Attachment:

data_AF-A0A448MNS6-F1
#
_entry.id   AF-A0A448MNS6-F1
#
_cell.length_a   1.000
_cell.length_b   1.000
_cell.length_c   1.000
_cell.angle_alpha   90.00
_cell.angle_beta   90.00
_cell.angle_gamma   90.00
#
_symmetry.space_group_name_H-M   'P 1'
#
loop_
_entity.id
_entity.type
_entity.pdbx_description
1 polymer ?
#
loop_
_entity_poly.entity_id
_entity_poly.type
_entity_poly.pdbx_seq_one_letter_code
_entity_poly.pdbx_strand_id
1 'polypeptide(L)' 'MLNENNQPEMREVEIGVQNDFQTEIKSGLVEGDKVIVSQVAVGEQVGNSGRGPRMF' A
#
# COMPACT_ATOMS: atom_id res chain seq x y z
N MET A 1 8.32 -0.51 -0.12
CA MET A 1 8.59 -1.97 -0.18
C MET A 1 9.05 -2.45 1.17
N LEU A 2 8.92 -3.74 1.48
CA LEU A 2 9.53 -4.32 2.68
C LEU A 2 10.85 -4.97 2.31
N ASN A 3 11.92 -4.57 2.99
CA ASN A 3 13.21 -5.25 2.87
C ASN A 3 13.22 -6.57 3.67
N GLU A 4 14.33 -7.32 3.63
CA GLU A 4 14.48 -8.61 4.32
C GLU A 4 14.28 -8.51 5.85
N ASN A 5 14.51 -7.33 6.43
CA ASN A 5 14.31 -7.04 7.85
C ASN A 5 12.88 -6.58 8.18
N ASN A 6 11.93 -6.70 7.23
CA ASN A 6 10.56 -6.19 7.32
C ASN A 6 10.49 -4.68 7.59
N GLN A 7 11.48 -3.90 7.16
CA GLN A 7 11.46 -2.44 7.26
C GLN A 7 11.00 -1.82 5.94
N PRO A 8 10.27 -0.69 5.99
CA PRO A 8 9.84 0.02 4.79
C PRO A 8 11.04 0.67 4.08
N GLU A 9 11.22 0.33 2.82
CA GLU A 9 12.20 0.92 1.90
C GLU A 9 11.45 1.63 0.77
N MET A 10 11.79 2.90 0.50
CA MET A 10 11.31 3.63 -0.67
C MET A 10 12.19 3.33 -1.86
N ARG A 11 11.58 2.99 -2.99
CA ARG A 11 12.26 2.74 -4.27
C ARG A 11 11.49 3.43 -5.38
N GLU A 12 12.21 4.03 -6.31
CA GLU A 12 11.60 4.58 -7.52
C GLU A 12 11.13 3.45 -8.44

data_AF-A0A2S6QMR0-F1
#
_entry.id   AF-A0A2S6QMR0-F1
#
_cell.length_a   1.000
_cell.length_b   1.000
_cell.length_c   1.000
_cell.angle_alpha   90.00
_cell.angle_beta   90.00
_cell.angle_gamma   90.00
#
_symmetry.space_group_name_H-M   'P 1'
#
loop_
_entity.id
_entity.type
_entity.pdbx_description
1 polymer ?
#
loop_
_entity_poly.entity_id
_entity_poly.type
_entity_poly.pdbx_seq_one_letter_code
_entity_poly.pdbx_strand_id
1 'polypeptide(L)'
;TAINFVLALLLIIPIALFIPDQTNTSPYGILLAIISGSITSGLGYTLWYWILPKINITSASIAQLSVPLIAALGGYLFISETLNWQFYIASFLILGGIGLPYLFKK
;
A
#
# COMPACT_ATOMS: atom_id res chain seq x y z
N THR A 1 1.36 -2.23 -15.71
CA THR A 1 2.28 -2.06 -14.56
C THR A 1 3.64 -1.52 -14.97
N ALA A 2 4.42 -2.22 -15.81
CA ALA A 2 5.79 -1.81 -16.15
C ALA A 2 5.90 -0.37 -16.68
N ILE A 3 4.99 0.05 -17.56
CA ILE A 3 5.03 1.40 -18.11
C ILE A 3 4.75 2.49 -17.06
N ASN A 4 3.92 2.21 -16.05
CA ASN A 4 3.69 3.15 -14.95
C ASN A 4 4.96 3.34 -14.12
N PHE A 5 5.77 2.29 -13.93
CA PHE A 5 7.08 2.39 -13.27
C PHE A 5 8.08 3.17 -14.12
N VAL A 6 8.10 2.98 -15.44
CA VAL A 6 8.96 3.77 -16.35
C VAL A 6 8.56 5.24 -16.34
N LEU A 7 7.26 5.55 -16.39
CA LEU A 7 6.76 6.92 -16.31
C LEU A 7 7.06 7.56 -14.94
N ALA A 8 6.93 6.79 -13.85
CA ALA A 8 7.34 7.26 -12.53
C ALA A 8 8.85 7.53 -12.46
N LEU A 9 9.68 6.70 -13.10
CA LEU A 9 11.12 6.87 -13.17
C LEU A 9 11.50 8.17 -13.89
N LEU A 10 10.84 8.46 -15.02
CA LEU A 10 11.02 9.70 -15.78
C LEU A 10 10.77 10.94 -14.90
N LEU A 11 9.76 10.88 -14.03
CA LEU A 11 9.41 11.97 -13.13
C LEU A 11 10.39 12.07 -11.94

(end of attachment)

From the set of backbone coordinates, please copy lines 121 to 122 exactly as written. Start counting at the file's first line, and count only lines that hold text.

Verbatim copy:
N LEU A 10 10.84 8.46 -15.02
CA LEU A 10 11.02 9.70 -15.78